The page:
Considering that most precious-metal mining companies are valued at roughly 10 times their cash flow per share, and Wall Street is forecasting cash flow per-share growth from $1.50 in 2017 to $2.09 in 2019, Goldcorp appears to be quite cheap at its current per-share price of $13.

American Eagle Outfitters

Finally, I believe investors looking for top stock bargains should take a closer look at mid-cap teen-based retailer American Eagle Outfitters (AEO -0.50%). Shares of American Eagle are down 20% over the trailing year.

What's wrong, you ask? To begin with, weather patterns that have deviated from the norm have left American Eagle's stores filled with the wrong product. This has meant discounting to move unwanted merchandise and lower margins. Secondly, competition from e-commerce giants have been undercutting the prices of mall-based retailers. Remember, physical stores have considerably higher overhead costs than e-tailers. Finally, consumer spending simply hasn't been up to par, leading to American Eagle Outfitters' weaker earnings results.

A teen with a credit card in a retail store.

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However, what investors have to remember is that spending fluctuations are normal within the retail industry, and that American Eagle Outfitters is among the best suited for such fluctuations. The company's management team has a history of moving unwanted merchandise very quickly, such that inventory issues rarely last more than two or three quarters.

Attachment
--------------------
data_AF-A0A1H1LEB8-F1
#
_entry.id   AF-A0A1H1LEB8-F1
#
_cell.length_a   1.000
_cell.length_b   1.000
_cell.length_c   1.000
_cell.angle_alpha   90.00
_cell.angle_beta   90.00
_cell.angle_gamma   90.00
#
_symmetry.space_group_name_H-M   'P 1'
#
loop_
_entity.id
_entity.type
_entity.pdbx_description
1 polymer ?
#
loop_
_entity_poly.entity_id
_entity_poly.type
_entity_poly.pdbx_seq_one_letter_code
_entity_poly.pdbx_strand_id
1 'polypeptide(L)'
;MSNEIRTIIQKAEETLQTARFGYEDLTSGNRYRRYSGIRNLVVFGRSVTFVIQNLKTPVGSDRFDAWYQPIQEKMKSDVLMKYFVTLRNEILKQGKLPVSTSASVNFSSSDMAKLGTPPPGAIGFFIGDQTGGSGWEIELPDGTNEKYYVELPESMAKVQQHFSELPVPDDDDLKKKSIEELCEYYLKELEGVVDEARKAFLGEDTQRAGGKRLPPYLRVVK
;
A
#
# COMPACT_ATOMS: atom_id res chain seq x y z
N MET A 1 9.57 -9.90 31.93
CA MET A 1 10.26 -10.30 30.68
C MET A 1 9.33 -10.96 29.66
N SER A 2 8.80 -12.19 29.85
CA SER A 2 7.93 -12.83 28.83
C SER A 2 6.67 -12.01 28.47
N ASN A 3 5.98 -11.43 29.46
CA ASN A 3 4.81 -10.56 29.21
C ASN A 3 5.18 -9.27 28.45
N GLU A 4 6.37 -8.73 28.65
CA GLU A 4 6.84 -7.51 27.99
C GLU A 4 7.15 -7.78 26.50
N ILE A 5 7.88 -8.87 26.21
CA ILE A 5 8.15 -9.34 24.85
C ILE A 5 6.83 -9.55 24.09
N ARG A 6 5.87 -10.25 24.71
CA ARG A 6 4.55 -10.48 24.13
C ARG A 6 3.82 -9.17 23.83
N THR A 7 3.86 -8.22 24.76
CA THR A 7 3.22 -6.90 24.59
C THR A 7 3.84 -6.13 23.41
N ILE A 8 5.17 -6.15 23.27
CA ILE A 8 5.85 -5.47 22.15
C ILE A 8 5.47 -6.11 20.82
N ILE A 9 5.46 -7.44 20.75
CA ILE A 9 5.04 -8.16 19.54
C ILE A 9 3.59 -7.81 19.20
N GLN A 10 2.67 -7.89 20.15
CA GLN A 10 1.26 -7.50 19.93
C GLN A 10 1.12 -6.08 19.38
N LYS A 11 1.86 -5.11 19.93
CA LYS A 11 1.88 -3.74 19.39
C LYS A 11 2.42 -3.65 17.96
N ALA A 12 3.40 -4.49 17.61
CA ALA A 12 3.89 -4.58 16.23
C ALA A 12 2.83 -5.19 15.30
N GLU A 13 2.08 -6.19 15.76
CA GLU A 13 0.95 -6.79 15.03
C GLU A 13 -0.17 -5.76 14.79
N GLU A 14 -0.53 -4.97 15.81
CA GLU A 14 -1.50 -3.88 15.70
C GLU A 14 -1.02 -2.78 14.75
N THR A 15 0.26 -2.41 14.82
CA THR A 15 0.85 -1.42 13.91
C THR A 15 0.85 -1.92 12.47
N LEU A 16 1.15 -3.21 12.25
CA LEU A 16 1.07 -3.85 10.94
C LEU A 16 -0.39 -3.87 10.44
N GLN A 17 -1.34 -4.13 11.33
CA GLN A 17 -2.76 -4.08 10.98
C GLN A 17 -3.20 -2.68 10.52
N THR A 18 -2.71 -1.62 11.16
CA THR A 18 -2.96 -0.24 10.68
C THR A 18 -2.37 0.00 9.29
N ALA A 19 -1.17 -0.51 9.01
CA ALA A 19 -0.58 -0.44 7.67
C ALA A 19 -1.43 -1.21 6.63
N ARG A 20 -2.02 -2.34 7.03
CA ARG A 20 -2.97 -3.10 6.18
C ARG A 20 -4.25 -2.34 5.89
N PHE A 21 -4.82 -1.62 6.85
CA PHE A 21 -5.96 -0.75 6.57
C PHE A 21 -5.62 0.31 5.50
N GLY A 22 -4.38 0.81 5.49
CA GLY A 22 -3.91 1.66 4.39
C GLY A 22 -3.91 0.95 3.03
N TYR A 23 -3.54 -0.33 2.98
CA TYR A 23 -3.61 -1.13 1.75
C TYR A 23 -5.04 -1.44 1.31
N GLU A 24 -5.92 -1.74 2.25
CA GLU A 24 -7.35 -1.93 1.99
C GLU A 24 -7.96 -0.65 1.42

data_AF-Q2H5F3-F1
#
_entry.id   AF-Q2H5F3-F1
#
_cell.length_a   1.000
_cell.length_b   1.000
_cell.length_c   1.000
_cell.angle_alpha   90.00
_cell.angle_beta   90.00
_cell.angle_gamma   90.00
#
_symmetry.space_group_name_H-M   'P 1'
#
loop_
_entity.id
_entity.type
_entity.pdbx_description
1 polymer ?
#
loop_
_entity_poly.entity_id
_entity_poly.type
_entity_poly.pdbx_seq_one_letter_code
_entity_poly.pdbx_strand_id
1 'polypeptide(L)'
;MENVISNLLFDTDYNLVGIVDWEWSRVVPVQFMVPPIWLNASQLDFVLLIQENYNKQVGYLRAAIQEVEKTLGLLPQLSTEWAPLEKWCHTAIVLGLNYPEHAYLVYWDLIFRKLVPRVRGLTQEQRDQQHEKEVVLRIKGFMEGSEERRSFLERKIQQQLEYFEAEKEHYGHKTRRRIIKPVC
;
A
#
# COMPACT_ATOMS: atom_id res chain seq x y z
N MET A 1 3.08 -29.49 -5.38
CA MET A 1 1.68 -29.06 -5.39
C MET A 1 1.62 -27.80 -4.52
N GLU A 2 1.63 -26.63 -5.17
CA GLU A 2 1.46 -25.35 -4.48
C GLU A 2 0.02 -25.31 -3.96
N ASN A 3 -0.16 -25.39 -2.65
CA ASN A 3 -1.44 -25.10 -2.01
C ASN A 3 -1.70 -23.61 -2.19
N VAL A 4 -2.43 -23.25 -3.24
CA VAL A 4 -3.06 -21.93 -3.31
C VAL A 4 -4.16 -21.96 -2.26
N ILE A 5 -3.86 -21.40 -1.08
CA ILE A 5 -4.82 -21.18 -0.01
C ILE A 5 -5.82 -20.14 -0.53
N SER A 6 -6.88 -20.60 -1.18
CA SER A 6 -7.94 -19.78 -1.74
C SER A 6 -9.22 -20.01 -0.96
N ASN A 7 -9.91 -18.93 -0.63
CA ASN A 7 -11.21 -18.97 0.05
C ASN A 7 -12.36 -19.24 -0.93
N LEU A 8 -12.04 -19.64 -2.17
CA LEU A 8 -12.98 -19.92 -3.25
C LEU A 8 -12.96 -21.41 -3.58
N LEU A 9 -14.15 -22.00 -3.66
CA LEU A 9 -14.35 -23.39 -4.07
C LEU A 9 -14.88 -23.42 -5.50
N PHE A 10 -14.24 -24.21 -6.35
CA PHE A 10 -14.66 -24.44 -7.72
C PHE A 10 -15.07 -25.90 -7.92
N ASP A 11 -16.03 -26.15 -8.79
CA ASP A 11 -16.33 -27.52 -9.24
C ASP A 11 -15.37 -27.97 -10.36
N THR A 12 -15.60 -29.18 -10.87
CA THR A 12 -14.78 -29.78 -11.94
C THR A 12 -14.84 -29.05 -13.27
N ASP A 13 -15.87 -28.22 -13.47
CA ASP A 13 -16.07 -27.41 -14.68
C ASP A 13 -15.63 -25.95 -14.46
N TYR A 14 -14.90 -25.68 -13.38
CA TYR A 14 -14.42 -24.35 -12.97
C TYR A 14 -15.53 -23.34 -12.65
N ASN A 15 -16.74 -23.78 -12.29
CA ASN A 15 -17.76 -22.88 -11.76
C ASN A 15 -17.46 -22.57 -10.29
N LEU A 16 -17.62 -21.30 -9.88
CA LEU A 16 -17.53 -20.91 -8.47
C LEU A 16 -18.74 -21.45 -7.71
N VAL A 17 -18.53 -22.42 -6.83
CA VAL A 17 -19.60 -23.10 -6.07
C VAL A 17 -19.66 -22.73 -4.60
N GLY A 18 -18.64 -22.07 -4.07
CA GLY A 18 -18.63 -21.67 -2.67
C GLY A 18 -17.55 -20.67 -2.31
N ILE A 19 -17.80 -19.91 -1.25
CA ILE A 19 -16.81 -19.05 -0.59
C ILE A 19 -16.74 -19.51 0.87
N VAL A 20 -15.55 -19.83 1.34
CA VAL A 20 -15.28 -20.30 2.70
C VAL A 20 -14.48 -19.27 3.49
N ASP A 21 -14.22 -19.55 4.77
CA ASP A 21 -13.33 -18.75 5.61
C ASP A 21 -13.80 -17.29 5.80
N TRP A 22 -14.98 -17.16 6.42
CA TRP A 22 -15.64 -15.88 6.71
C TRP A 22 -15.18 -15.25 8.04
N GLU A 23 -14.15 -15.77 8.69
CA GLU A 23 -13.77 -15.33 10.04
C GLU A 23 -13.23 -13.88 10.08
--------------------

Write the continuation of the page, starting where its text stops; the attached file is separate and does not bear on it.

American Eagle Outfitters also operates in what I'd describe as the perfect price niche. Competitors such as Aeropostale have struggled with a cheapening of their brand through excessive discounting, while Abercrombie & Fitch has priced a lot of its clientele out of the market. American Eagle occupies a mid-tier niche that allows teens to own brand-name merchandise at a reasonable price without cheapening the brand with excessive discounting.

In addition, the company has wisely been investing in its direct-to-consumer sales, where growth is outpacing its physical stores, while being prudent with capital expenditures. It ended the first quarter with $225 million in cash and no debt whatsoever but is capable of more than $300 million in annual operating cash flow. Expansion is done entirely through the use of operating cash flow.

The result? Buying American Eagle Outfitters' stock right now lands you a top-tier mall-based retailer that's valued at roughly 30% below its average price to cash flow over the past five years and is paying out a market-topping 4.3% dividend yield. Now that's a top stock on sale!